City is broke, so we are told, so we pay ridiculous tolls, massive taxes, reduced services, and a punitive parking meters that are linked directly to our wallet – YET we have money to pay for this.
Something is wrong here – the bubble is at its limit – it will break – we cannot tolerate this anymore – the level of corruption is beyond control.[backtopost]
Mayor Bloomberg (center) is flanked by Related Companies’ Chairman Stephen Ross (left) and City Council Speaker Christine Quinn during a groundbreaking ceremony for the Hudson Yards at 30th St. between 10th and 11th Aves. on Tuesday.
Rendering of some of the new Hudson Yards buildings.
Private developers were supposed to pay for the grand Hudson Yards project on Manhattan’s far West Side, but right now taxpayers are being made to finance an ever-growing bill for the development.
The Bloomberg administration paid $234 million during fiscal year 2012 to a city-created development group that oversees the huge new commercial and residential complex, one of the mayor’s most ambitious projects.
City Hall quietly earmarked most of that money — $155 million — to the Hudson Yards Infrastructure Corp. in late June, because the group has not been generating enough revenue to pay the annual interest due on $3 billion in bonds it issued.
Hudson Yards Corp. floated those $3 billion in bonds to pay for an extension of the MTA’s 7 subway line to 34th St. and 11th Ave., plus a new boulevard that will run between 10th and 11th Ave. Initial plans by Bloomberg’s aides called for private developers to pay enough money in fees, air rights, and taxes to Hudson Yards Corp. to pay back the $3 billion in bonds.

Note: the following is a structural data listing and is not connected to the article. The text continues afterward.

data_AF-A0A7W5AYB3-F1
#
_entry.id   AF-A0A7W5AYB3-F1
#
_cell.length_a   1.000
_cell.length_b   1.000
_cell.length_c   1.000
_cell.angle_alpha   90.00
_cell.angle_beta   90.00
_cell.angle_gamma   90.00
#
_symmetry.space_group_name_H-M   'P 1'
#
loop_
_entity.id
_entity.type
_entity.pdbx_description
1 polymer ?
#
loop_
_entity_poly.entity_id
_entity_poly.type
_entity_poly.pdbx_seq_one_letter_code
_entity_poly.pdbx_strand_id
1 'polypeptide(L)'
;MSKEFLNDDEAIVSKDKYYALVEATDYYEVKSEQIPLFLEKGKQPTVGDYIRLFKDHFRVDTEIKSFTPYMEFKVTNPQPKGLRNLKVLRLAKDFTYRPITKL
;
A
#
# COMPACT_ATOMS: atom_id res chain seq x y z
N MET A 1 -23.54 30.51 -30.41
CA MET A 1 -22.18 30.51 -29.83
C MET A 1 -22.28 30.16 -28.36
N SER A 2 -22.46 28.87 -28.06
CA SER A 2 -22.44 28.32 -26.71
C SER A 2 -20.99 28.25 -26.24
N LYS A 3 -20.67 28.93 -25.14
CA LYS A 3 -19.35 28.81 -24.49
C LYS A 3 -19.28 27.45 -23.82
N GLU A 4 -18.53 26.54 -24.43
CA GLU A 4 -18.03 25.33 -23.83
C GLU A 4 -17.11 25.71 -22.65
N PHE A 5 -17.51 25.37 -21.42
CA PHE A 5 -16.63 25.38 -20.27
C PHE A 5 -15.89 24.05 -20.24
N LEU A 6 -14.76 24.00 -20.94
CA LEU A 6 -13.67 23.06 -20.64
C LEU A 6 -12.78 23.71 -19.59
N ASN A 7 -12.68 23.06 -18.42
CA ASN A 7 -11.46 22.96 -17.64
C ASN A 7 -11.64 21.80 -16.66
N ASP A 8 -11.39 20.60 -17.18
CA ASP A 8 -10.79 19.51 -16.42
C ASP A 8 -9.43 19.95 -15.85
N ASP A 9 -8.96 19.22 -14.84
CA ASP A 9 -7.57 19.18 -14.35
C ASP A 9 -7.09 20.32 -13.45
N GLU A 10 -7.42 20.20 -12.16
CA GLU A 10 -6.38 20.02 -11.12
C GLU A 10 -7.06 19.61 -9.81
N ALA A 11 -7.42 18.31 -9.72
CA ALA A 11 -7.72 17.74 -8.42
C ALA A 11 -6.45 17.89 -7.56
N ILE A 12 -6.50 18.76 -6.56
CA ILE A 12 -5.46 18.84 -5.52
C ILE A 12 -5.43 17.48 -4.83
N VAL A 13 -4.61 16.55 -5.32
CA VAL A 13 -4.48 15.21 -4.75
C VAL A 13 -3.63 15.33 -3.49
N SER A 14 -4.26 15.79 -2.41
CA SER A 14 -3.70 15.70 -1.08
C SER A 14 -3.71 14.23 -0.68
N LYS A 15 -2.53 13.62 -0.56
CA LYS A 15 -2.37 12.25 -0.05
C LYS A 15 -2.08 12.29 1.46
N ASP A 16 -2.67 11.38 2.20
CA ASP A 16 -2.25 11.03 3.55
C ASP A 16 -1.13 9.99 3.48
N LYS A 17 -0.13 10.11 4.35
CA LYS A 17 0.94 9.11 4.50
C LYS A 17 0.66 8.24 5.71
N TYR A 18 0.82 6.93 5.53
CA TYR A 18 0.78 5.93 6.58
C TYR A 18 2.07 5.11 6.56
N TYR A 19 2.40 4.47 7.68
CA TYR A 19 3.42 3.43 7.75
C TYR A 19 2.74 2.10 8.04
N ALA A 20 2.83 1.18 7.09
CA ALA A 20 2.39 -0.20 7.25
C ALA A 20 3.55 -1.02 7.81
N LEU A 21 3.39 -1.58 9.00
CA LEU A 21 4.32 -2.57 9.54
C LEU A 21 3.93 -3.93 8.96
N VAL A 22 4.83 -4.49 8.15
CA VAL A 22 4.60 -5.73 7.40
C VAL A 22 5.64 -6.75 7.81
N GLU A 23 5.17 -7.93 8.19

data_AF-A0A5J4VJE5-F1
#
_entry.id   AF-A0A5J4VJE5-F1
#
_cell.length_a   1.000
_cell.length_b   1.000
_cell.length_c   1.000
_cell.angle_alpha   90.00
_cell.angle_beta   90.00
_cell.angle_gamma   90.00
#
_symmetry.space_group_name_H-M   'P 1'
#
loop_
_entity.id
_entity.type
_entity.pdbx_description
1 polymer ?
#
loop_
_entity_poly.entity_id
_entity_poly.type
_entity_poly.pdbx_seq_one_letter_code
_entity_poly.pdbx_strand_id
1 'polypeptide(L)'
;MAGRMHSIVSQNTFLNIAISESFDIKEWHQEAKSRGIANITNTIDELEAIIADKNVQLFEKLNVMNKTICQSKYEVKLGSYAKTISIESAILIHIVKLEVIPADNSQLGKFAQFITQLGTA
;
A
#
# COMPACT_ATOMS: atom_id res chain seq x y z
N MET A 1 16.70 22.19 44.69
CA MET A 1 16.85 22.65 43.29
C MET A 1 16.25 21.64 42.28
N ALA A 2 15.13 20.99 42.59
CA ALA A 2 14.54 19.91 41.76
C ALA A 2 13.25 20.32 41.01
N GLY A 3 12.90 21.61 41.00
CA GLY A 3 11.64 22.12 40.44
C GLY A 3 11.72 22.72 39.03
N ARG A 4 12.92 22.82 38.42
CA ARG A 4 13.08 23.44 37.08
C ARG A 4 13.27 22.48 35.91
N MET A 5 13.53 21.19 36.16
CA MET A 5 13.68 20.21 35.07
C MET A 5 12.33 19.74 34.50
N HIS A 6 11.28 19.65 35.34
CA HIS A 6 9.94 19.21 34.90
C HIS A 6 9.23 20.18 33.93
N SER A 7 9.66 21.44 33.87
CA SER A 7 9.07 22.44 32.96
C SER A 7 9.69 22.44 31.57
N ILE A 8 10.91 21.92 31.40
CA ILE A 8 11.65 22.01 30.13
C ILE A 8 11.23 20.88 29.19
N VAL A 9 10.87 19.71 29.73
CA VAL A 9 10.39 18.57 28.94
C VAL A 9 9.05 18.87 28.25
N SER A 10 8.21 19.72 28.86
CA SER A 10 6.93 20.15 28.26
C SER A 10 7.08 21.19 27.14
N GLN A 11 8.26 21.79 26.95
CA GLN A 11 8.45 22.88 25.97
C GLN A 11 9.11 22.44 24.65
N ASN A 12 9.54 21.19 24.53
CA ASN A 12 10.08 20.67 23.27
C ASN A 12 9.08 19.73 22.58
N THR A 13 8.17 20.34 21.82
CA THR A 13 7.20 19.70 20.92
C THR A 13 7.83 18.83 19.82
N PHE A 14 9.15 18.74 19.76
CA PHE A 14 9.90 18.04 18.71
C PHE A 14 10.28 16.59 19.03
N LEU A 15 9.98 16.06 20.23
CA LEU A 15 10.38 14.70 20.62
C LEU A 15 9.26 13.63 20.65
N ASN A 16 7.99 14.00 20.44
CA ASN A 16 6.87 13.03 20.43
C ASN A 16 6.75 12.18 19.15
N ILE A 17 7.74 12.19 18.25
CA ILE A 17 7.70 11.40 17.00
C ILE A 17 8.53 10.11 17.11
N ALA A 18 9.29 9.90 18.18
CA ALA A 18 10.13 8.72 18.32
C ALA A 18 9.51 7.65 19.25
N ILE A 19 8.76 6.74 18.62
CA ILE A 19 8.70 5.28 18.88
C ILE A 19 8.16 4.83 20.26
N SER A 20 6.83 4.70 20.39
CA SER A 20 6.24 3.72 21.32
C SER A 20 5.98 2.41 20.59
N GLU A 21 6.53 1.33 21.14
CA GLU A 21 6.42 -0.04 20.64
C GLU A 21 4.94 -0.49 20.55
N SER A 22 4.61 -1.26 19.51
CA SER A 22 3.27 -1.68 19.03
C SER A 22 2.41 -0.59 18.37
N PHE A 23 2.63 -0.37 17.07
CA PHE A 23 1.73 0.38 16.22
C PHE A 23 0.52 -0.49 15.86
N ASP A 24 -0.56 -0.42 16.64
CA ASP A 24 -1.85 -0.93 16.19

Rendering of the completed Hudson Yards project on the far West Side of Manhattan.
But when the City Council approved that plan in 2005, the Council also agreed that if revenues from private developers were not sufficient to pay debt service in the early years, the city would make up the shortfall.
In fiscal 2012 alone, six years after the project started, the city transferred $79 million to Hudson Yards Corp. from the general budget to make up for anemic revenues from developers. That’s nearly double the $42 million it paid in 2011.
Then in June, in the midst of final budget negotiations with the Council, Bloomberg aides added another $155 million to help Hudson Yards Corp. make up for even bigger revenue shortfalls expected for both 2013 and 2014, a city official with knowledge of the transaction said.
“Consistent with the city’s general approach to managing its budget and debt service, the city decided to make a grant to HYIC at the end of FY (fiscal year) 2012 to pre-fund future (interest) costs,” David Farber, spokesman for Hudson Yards Infrastructure Corp., or HYIC, said.
And that’s not all the money the public is forking out.
This column reported last December that an analysis by the city’s Independent Budget Office found nearly $160 million of additional “infrastructure projects” related to Hudson Yards that Bloomberg’s people have buried in the budgets of other agencies.
All the rosy predictions have not materialized of a new commercial district springing up in the Hudson Yards area once a new subway got underway.
Maybe it will in 50 years, when most of us are dead.
As you might expect, none of this was mentioned at the huge and happy groundbreaking ceremony that Bloomberg and other politicians attended Tuesday for the first office building to be built in the Hudson Yards area.
Bloomberg praised Stephen Ross’ Related Companies for leading the way in “developing Manhattan’s last frontier,” and all the press ran futuristic pictures of the new district. As for the cost to you, don’t dare ask.